Last week, Kris Kasprzak, director of Solid Edge marketing at Siemens PLM Software, made a stop in San Francisco to see me and Ten Links‘ editor-in-chief Roopinder Tara. Kasprzak was on a roadshow to promote the upcoming release of Solid Edge with Synchronous Technology 2 (SE with ST2). This marks the second release of the company’s midrange parametric CAD package outfitted with direct editing. (To use Siemens’ own description, Synchronous Technology “combines the best of constraint-driven techniques with direct modeling.”)
Notable additions in the new version include:
- Sheet metal tools;
- Live Section, which lets you edit your part, assembly, or sheet metal design from a cross-sectional view;
- Mid-range finite element analysis (FEA) functions, bunched together as Solid Edge Simulation; and
- Solid Edge Insight (a build-in data-management setup) housed in Microsoft Office SharePoint Server 2007 (in addition to Windows SharePoint Services 3.0).
Adding FEA to SE with ST2 might be Siemens’ move to counter the addition of analysis features in Autodesk Inventor 2010. Siemens (UGS at the time) delivered Solid Edge Insight on SharePoint in 2001. Since SharePoint is a popular enterprise solution, especially for midsize businesses, Siemens expects Solid Edge Insight will continue to appeal to the same demograph.
The closest commercial rival to SE with ST2 might be Autodesk Inventor Fusion, set to appear as a technology preview in Autodesk Labs in the near future. Responding to Siemens’ initiative, Autodesk plans to deliver a version of its mid-range CAD package featuring both parametric and direct editing. (For more, read “Autodesk Joins the Hybride CAD Movement“).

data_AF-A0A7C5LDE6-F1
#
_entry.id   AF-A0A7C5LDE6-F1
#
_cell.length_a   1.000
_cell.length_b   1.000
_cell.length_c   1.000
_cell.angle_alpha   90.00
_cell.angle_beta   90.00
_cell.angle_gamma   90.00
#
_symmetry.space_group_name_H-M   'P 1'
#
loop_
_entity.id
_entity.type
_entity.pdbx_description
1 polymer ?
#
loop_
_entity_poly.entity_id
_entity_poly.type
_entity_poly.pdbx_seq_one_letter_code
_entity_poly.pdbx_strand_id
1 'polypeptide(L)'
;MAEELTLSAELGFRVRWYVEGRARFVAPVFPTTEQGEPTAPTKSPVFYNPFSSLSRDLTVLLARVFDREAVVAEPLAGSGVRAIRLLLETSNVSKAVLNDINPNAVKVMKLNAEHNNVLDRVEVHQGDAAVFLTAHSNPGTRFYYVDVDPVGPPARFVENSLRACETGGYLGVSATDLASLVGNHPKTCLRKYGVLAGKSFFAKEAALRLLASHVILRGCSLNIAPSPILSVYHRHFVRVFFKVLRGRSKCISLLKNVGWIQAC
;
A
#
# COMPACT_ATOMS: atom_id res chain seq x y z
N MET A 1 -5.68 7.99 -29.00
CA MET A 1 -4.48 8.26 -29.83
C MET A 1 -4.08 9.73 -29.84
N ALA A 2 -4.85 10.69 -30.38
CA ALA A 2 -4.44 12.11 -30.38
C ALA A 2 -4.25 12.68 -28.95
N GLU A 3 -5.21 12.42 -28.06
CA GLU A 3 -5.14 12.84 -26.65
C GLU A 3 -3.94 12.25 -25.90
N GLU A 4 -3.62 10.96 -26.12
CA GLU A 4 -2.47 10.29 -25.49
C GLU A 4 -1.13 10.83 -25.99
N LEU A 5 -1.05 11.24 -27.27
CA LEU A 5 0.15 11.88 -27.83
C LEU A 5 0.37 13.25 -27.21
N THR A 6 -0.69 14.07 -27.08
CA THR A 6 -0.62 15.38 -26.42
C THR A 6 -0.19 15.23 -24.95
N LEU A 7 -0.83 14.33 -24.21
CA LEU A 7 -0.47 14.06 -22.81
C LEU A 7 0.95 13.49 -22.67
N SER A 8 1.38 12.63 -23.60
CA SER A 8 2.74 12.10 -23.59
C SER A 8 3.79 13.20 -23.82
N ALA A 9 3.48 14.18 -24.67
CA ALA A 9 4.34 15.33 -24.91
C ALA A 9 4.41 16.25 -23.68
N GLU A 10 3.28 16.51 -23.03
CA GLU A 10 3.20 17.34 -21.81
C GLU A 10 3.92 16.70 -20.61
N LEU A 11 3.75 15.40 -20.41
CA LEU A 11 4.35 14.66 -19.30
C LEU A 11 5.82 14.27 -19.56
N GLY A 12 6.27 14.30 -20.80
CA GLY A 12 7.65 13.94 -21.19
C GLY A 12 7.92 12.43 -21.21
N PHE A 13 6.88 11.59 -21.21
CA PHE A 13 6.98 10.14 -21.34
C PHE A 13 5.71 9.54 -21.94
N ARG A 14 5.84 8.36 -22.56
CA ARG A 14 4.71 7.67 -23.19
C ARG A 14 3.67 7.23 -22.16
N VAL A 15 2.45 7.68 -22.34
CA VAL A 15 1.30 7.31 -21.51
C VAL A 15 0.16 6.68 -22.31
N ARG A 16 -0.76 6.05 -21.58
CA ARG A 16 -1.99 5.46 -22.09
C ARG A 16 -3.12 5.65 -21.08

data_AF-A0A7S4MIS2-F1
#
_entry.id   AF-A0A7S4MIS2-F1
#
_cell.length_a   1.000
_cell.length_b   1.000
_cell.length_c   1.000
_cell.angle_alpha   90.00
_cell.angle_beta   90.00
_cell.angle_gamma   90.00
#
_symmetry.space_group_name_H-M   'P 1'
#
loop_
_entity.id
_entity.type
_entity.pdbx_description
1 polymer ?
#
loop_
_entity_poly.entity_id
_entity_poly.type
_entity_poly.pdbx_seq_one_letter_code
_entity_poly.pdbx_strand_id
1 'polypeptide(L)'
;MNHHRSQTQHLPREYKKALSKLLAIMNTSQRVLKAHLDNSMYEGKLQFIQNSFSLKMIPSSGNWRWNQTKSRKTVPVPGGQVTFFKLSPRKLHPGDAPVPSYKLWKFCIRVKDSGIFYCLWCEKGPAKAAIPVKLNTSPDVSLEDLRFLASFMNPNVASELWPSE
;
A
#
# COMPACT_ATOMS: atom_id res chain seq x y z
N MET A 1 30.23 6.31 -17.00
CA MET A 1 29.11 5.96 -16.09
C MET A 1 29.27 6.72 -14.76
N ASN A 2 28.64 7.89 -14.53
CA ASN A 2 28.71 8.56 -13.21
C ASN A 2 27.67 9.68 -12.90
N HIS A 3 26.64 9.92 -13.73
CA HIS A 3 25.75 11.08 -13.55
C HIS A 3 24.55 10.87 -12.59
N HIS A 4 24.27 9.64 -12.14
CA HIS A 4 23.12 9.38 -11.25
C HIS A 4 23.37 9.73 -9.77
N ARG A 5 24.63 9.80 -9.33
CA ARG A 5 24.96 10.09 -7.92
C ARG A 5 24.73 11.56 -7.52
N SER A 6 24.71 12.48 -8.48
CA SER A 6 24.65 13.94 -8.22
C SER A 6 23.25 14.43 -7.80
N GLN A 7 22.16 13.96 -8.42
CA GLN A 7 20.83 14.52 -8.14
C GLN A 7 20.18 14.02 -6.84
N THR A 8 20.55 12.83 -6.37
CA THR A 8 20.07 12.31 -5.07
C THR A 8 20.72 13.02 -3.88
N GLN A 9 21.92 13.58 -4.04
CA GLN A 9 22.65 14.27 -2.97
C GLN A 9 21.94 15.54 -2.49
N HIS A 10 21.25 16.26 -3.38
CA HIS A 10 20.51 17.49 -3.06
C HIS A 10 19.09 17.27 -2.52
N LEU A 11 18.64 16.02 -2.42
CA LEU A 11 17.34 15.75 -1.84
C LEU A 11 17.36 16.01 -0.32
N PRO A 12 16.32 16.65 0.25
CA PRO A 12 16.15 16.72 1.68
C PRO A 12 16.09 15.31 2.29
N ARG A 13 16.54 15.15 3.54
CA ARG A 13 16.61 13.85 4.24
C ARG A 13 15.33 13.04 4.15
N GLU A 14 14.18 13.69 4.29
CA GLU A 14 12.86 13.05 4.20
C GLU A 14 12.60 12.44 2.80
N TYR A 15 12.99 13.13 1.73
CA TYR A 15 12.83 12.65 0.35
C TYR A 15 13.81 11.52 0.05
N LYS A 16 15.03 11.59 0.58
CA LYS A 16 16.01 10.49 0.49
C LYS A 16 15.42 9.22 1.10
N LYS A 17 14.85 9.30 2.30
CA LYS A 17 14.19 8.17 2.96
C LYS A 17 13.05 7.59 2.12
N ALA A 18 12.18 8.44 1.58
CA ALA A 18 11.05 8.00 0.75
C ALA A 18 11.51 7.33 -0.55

A year after its premiere, Siemens’ Synchronous Technology continues to fuel debates about the merits of direct editing. The latest round began with blogger Deelip Menezes’ post titled “Inventor Fusion and SolidWorks Confusion.” Menezes wondered if Inventor Fusion might be “the final straw” for SolidWorks, the nudge for the company to incorporate direct-editing features into its classic parametric CAD program. The exchange heated up considerably as comments piled up.
Many consider Autodesk Inventor, Solid Edge, and SolidWorks as comparable mid-range CAD systems. Since Solid Edge had embraced direct editing and Inventor is poised to do the same, SolidWorks remains, for better or worse, the lone holdout in history-based CAD. (Currently SolidWorks offers some direct-editing functions via Instant 3D, but they’re hardly at the scale seen in Synchronous Technology.)
Sometimes I wonder if we’re too hung up on terminologies. Do engineers and designers care whether the software they’re using is parametric, direct, or freeform if it creates the bodies, profiles, curves, and blends they envision? Ultimately, wouldn’t the type of parts, assemblies, or doodads they’re designing determine the software they need to use?
Richard Williams, a Desktop Engineering reader and a retired construction electrician, wrote, “Rather than arguing about which [parametric or direct modeling] is better, faster, or easier to use, [vendors] should maybe sell each MCAD program according to [how it is intended to be used]. A designer doesn’t necessarily work or want to work like an engineer. They are looking to model their designs and concepts fast without much regard [for] how it can be made … An engineer works … in the orthographic realm … more or less in the vertical and horizontal axes. Curves and such belong mostly to designers … [Parametric and direct modeling] should not be competing at all. You should go with the one you like to enhance your job skills and creativity or the way you work.”
Williams is a frequent contributor to www.engineering.com. Find his writings under the pen name Corporal Willy.
For update, read “SolidWorks’ Stance on Direct Modeling.”
[Note: Post revised to correct info on Solid Edge Insight’s availability on Microsoft SharePoint.]